More on David Wright’s streakiness

During the 2010 season, I wondered if David Wright was actually any streakier than any other hitter. I know he has a reputation for ups and downs, but I speculated that perhaps all players endure ups and downs and we just notice Wright’s because he’s the best hitter on the Mets and because we’ve labeled him “streaky.”

Today at Beyond the Boxscore, Bill Petti investigates Wright’s “volatility” by calculating and plotting 10-day moving averages for his WPA (win probability added) from 2005 on. It’s an interesting read with colorful graphs, and using the moving averages seems as good a way as any to try to track consistency. He concludes:

As one would expect, Wright experiences peaks and valleys over the course of the season.  If we look closely, however, we see that Wright does appear to have become both more volatile over the past few years and has experienced an increase in stretches where, on average, he negatively affects the Mets chances of winning games.  Wright’s positive streaks do not last as long and his negative streaks have deepened and last longer.

Wright’s best year was 2007, where he averaged a WPA of .029 (highest since 2005) and had a standard deviation of .032 (second lowest since 2005).   Wright’s lack of volatility coincided with his best overall performance at the plate (OPS+ of 149, offensive Wins Above Replacement of 7.5).  Since 2007 we see an increase in deep negative stretches, with 2009 and 2010 looking especially volatile.  Essentially, Wright has gone from a consistent high-performer to a boom-or-bust type player.

OK, a couple issues here: First, it’s really difficult to determine if Wright is any more volatile than any other baseball player without points of comparison. Petti shows that Wright has endured longer and deeper slumps in 2009 and 2010 than he did in 2007 and 2008, but he doesn’t show how Wright’s peaks and valleys in any season compare with those of similar offensive performers.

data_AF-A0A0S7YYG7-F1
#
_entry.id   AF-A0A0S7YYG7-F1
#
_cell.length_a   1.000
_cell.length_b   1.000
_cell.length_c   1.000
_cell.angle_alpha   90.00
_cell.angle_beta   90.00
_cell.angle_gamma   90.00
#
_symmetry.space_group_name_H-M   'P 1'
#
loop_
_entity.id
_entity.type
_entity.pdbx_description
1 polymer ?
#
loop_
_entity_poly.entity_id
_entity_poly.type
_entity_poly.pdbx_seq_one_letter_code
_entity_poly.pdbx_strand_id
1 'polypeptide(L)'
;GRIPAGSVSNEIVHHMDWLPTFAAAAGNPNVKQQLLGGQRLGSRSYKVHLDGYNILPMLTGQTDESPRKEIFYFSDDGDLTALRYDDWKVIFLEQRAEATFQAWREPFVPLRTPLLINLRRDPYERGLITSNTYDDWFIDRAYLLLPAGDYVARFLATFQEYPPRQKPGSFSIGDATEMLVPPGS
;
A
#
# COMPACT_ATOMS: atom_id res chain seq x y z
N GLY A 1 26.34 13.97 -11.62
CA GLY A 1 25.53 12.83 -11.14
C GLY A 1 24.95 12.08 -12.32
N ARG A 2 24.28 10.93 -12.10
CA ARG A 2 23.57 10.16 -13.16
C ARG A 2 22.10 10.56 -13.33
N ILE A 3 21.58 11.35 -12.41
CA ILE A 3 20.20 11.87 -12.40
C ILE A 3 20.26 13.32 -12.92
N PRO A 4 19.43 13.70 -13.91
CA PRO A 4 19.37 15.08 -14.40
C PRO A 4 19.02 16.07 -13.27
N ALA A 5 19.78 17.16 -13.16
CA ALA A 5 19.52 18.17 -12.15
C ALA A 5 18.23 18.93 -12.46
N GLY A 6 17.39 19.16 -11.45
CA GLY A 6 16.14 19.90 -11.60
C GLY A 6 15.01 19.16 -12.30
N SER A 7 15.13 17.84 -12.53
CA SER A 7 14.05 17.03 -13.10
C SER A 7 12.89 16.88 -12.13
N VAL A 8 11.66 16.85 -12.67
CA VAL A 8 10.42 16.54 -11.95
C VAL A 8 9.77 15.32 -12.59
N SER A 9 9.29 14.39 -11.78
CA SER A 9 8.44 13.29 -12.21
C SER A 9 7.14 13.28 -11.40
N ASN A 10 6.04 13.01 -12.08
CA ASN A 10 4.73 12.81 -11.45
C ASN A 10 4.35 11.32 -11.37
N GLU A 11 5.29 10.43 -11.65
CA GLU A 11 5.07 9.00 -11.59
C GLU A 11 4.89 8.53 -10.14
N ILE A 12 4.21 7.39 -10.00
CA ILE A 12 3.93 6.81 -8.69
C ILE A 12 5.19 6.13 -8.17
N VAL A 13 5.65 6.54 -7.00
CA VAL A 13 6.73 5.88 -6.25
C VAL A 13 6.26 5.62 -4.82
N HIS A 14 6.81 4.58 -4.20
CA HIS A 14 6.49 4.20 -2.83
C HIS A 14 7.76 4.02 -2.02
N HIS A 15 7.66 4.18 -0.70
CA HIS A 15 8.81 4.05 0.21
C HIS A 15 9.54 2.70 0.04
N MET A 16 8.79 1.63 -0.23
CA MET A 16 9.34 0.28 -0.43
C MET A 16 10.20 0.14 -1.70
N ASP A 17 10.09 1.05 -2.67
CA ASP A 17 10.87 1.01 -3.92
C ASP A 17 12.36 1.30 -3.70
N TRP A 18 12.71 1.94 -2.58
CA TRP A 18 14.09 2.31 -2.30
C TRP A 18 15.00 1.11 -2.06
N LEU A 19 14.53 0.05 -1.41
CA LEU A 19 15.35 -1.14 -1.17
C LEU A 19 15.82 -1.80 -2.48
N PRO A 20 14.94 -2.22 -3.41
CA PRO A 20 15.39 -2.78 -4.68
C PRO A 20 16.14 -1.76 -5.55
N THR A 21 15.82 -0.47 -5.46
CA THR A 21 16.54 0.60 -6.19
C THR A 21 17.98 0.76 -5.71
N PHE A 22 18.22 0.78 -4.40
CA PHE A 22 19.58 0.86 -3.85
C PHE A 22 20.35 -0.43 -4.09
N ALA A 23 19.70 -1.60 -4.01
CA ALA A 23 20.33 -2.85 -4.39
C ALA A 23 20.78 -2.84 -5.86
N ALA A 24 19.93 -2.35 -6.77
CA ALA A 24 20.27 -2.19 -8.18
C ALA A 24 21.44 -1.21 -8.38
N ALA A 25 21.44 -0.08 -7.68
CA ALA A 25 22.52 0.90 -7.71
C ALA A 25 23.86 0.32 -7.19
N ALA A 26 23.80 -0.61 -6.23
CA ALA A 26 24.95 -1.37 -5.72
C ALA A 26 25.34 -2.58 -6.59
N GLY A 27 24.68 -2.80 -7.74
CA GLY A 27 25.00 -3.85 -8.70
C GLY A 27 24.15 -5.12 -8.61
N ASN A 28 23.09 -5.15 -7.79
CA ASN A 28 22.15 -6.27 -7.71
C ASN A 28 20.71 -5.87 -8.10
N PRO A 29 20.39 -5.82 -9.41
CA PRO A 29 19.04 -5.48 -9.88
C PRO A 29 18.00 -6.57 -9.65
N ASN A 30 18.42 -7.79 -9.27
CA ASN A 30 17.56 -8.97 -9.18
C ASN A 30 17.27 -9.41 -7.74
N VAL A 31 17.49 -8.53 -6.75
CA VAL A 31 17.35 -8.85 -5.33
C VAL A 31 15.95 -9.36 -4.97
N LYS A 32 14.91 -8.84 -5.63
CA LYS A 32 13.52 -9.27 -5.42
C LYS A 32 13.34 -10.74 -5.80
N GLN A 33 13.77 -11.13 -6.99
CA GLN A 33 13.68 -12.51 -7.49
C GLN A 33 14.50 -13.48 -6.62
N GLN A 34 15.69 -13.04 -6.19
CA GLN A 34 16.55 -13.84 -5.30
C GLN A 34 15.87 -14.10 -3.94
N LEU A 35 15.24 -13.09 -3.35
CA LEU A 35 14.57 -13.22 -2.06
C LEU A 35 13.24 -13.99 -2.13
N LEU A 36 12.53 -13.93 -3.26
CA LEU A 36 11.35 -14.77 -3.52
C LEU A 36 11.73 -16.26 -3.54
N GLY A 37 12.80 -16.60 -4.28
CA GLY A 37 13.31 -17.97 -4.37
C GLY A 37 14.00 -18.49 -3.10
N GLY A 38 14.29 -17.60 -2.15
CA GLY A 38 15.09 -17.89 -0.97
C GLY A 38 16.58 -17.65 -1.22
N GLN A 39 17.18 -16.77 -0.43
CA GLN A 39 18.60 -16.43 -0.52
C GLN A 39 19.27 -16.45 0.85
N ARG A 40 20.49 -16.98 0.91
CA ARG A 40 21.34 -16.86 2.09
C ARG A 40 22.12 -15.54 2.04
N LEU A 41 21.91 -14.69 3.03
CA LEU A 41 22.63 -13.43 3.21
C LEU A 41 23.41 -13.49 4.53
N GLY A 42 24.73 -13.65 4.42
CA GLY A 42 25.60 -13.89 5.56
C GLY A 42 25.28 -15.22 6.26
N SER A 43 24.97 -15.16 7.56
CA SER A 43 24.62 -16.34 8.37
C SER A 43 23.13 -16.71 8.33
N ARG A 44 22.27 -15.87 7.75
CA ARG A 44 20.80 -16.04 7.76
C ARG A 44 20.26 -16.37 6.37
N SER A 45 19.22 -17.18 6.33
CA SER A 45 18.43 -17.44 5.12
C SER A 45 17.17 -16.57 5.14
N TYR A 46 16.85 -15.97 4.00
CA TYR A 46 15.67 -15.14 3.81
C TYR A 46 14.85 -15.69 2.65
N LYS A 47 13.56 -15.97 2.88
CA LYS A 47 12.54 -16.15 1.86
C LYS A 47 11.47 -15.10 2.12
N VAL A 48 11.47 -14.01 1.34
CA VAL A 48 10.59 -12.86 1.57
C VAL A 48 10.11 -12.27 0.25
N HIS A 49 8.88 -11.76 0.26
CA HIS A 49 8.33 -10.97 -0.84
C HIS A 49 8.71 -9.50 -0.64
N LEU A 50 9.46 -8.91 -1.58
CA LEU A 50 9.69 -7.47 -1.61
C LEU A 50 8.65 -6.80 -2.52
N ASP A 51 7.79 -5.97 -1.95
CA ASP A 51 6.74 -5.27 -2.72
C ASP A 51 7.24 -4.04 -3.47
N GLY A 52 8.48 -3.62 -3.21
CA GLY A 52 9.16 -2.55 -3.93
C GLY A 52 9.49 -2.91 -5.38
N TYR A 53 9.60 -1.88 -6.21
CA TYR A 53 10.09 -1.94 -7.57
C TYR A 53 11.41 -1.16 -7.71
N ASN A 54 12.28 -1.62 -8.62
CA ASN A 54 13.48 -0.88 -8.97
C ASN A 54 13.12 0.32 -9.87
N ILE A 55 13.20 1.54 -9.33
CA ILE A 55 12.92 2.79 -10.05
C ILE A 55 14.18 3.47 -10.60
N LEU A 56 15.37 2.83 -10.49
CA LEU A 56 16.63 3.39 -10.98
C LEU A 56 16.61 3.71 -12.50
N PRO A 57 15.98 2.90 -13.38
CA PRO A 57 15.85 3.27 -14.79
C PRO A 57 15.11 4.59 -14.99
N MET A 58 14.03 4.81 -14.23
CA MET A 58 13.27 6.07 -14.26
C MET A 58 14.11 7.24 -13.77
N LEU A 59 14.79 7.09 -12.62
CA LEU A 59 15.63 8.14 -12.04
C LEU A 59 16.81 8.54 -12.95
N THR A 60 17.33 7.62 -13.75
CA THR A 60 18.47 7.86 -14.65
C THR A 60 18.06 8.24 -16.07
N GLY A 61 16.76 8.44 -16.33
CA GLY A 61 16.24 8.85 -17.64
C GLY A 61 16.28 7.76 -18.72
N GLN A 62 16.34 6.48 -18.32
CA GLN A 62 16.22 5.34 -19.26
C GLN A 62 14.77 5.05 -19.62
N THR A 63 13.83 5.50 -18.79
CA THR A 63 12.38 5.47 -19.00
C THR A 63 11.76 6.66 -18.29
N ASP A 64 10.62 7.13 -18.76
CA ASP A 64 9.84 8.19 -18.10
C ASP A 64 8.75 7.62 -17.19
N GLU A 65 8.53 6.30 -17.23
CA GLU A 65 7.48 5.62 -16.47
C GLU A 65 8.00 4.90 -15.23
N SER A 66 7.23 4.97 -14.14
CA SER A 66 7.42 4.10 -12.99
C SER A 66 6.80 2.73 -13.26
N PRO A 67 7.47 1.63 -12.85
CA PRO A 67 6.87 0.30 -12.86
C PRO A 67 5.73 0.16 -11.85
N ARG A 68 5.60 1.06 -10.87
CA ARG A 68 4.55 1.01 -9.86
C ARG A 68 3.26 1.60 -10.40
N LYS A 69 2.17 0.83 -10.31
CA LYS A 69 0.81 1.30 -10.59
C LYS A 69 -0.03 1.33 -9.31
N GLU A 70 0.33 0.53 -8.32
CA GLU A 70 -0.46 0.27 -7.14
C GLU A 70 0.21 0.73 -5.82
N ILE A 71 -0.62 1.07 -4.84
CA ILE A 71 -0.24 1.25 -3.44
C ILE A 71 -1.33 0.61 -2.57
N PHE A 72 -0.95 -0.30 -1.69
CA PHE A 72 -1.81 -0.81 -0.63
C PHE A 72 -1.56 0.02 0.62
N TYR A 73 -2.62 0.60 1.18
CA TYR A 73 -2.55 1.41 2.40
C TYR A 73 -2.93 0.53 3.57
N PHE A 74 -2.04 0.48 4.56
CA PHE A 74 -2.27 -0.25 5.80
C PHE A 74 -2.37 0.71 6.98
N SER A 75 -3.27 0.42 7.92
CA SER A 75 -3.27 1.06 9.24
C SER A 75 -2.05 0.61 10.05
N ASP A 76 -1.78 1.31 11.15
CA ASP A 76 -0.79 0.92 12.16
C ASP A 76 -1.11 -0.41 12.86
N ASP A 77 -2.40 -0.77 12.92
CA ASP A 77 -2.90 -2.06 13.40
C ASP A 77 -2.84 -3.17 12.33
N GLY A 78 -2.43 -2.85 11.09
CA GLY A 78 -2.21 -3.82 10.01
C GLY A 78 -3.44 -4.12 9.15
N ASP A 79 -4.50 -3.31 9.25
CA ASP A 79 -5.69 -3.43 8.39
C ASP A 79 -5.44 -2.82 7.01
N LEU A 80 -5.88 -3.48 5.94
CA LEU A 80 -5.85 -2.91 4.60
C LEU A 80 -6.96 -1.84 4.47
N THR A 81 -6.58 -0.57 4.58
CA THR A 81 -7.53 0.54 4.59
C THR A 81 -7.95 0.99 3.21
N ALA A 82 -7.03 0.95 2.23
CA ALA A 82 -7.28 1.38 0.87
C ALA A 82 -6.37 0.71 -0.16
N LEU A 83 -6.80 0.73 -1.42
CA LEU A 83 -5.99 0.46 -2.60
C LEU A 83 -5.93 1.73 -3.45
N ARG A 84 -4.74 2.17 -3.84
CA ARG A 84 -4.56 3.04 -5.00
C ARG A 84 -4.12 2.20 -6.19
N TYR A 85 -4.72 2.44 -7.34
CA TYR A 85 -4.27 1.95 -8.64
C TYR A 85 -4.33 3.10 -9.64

And more importantly, it seems like mere common sense that Wright would have endured more slumps in 2009 and 2010 than he did in 2007 and 2008: He wasn’t as good. Wright enjoyed the best offensive season of his career in 2007. Of course he didn’t have as many slumps then as he did in 2009.

Wright’s wOBA has been on a steady decline since 2007, so it seems to me to make perfect sense that he’d also seem to be getting progressively “streakier” in that time. If I had to bet, I’d guess a similar analysis of Ryan Howard would determine he was way more volatile from 2008-2010 than he was in 2006 and 2007.

It’s a chicken-and-egg thing, of course, because you can say, “oh well maybe if Wright were less volatile the last two seasons his stats for the season would have been as good as they were in 2007 and 2008.” And that’s true, but it doesn’t really matter much one way or the other. Without other players for comparison, we have no way of knowing if Wright’s perceived streakiness is something unique to him or just normal fluctuation, an expected function of performance at his 2009 and 2010 levels.

My expectation is — as it was in June — that the only very consistent performers in baseball are the truly excellent (like Wright in 2007) and (to reuse a phrase from yesterday) the downright Rafael Belliard awful.

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